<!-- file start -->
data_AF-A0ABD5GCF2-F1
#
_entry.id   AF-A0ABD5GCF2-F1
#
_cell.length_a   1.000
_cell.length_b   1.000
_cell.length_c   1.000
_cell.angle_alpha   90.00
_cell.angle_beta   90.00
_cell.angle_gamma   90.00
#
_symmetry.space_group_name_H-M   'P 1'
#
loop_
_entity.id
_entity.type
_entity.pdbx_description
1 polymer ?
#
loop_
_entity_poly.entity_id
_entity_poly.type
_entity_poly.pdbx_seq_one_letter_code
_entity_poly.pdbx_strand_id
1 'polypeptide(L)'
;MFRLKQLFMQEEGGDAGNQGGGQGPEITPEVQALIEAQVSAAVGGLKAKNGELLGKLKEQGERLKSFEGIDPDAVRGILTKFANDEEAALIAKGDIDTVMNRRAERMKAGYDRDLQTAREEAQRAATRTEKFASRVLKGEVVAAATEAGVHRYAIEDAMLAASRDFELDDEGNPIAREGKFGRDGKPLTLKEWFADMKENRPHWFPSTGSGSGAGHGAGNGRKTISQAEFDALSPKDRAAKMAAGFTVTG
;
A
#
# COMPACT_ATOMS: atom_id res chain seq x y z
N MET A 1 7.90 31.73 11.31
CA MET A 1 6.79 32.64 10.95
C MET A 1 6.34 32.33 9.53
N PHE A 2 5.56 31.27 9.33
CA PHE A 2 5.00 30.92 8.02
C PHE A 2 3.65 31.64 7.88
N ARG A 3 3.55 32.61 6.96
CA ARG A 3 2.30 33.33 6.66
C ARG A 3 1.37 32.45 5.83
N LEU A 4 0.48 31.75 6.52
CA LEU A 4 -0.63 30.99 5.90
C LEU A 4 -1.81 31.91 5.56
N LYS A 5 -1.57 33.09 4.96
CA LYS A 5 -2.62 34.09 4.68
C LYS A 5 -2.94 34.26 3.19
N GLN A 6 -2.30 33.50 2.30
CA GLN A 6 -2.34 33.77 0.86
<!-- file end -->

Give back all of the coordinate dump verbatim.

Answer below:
data_AF-A0ABD5GCF2-F1
#
_entry.id   AF-A0ABD5GCF2-F1
#
_cell.length_a   1.000
_cell.length_b   1.000
_cell.length_c   1.000
_cell.angle_alpha   90.00
_cell.angle_beta   90.00
_cell.angle_gamma   90.00
#
_symmetry.space_group_name_H-M   'P 1'
#
loop_
_entity.id
_entity.type
_entity.pdbx_description
1 polymer ?
#
loop_
_entity_poly.entity_id
_entity_poly.type
_entity_poly.pdbx_seq_one_letter_code
_entity_poly.pdbx_strand_id
1 'polypeptide(L)'
;MFRLKQLFMQEEGGDAGNQGGGQGPEITPEVQALIEAQVSAAVGGLKAKNGELLGKLKEQGERLKSFEGIDPDAVRGILTKFANDEEAALIAKGDIDTVMNRRAERMKAGYDRDLQTAREEAQRAATRTEKFASRVLKGEVVAAATEAGVHRYAIEDAMLAASRDFELDDEGNPIAREGKFGRDGKPLTLKEWFADMKENRPHWFPSTGSGSGAGHGAGNGRKTISQAEFDALSPKDRAAKMAAGFTVTG
;
A
#
# COMPACT_ATOMS: atom_id res chain seq x y z
N MET A 1 7.90 31.73 11.31
CA MET A 1 6.79 32.64 10.95
C MET A 1 6.34 32.33 9.53
N PHE A 2 5.56 31.27 9.33
CA PHE A 2 5.00 30.92 8.02
C PHE A 2 3.65 31.64 7.88
N ARG A 3 3.55 32.61 6.96
CA ARG A 3 2.30 33.33 6.66
C ARG A 3 1.37 32.45 5.83
N LEU A 4 0.48 31.75 6.52
CA LEU A 4 -0.63 30.99 5.90
C LEU A 4 -1.81 31.91 5.56
N LYS A 5 -1.57 33.09 4.96
CA LYS A 5 -2.62 34.09 4.68
C LYS A 5 -2.94 34.26 3.19
N GLN A 6 -2.30 33.50 2.30
CA GLN A 6 -2.34 33.77 0.86